Art Is Life
Hardcover | 368 pages
From the Pulitzer Prize winner and bestselling author of How to Be an Artist: a deliciously readable survey of the art world in turbulent times
Jerry Saltz is one of our most-watched writers about art and artists, and a passionate champion of the importance of art in our shared cultural life. Since the 1990s he has been an indispensable cultural voice: witty and provocative, he has attracted contemporary readers to fine art as few critics have. An early champion of forgotten and overlooked women artists, he has also celebrated the pioneering work of African American, LGBTQ+, and other long-marginalized creators. Sotheby's Institute of Art has called him, simply, “ The art critic.”
Now, in Art Is Life, Jerry Saltz draws on two decades of work to offer a real-time survey of contemporary art as a barometer of our times. Chronicling a period punctuated by dramatic turning points—from the cultural reset of 9/11 to the rolling social crises of today—Saltz traces how visionary artists have both documented and challenged the culture. Art Is Life offers Saltz's eye-opening appraisals of trailblazers like Kara Walker, David Wojnarowicz, Hilma af Klint, and Jasper Johns; provocateurs like Jeff Koons, Richard Prince, and Marina Abramovic; and visionaries like Jackson Pollock, Bill Traylor, and Willem de Kooning. Saltz celebrates landmarks like the Obama portraits by Kehinde Wiley and Amy Sherald, writes searchingly about disturbing moments such as the Ankara gallery assassination, and offers surprising takes on figures from Thomas Kinkade to Kim Kardashian. And he shares stories of his own haunted childhood, his time as a “failed artist,” and his own epiphanies upon witnessing work by Botticelli, Delacroix, and the cave painters of Niaux.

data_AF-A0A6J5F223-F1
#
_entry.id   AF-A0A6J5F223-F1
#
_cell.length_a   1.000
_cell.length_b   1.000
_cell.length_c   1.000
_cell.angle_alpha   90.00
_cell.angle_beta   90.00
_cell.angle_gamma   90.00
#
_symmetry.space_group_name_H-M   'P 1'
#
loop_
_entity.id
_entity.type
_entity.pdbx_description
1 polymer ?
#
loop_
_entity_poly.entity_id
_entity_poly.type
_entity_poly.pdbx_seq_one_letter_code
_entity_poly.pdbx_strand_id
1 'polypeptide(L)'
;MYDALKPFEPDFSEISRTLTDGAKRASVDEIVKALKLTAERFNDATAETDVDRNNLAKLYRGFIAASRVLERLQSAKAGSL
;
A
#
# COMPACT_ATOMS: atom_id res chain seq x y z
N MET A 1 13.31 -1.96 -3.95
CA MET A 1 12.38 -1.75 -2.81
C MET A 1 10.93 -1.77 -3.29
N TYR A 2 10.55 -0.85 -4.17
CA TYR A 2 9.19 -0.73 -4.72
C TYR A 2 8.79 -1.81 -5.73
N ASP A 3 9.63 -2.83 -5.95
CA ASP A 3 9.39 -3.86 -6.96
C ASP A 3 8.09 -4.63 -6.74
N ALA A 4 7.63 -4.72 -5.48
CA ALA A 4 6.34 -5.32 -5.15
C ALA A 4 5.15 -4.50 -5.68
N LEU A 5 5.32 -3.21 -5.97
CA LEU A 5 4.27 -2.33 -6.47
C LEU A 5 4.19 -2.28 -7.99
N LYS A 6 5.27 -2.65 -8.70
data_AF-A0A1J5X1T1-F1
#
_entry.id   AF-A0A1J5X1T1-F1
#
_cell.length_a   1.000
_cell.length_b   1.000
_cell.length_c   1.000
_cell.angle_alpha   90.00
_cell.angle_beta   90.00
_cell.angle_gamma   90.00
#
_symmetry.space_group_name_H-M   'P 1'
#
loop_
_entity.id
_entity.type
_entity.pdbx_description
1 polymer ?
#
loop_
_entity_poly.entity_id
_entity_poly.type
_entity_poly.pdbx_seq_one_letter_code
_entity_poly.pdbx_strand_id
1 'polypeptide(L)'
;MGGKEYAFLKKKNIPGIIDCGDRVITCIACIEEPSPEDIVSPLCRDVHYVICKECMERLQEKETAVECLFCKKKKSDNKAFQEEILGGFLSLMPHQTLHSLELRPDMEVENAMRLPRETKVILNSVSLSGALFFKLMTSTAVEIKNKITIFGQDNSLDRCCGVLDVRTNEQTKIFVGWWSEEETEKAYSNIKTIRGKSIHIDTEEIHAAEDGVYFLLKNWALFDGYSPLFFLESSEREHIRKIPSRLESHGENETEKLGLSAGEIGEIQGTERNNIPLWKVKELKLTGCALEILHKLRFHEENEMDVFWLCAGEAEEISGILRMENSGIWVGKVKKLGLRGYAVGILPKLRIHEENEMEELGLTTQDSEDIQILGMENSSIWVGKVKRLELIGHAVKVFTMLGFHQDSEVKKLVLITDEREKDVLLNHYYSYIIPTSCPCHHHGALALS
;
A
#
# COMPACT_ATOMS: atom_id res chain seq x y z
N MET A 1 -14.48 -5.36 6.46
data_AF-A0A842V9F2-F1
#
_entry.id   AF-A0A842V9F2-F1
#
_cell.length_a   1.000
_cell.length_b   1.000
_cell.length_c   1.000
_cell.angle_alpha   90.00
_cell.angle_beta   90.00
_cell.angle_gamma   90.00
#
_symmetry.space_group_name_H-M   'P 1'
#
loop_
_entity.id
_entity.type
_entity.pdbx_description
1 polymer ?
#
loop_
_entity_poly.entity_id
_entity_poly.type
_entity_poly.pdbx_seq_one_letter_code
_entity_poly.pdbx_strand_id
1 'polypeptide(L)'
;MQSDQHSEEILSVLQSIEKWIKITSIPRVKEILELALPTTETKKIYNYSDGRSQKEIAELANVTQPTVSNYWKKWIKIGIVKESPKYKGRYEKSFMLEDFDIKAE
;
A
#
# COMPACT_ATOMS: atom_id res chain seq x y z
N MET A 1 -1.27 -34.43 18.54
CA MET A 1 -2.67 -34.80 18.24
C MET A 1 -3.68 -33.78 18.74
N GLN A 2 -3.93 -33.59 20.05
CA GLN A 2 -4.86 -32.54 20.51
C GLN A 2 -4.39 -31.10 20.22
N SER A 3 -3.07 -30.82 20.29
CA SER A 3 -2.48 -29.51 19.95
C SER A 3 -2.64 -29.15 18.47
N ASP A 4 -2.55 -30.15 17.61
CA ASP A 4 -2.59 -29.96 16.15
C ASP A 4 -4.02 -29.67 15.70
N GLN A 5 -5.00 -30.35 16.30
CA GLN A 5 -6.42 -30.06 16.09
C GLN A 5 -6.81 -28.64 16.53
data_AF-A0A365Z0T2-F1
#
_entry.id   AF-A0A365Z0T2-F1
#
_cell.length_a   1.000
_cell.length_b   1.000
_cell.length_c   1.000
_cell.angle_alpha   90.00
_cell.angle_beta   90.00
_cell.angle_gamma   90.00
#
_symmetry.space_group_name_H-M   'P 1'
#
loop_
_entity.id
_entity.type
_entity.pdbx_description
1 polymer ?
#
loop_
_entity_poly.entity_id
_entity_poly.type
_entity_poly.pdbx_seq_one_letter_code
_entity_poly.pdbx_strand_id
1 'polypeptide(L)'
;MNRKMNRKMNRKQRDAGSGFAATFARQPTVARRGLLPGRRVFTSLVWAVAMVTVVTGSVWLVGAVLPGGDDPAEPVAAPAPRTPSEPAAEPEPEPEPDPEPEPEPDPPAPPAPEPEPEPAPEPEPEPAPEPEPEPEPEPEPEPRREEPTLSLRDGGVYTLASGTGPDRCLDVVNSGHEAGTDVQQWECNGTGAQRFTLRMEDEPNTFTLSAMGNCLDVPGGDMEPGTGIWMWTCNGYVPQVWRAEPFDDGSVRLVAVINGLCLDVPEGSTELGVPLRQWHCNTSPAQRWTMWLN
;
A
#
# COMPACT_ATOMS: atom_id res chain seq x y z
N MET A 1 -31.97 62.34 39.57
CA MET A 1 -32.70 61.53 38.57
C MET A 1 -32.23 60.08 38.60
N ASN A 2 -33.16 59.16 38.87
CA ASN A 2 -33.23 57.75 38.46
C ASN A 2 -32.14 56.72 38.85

With his signature blend of candor and conviction, Jerry Saltz argues in Art Is Life for the importance of the fearless artist—reminding us that art is a kind of channeled voice of human experience, a necessary window onto our times. The result is an open-hearted and irresistibly readable appraisal by one of our most important cultural observers.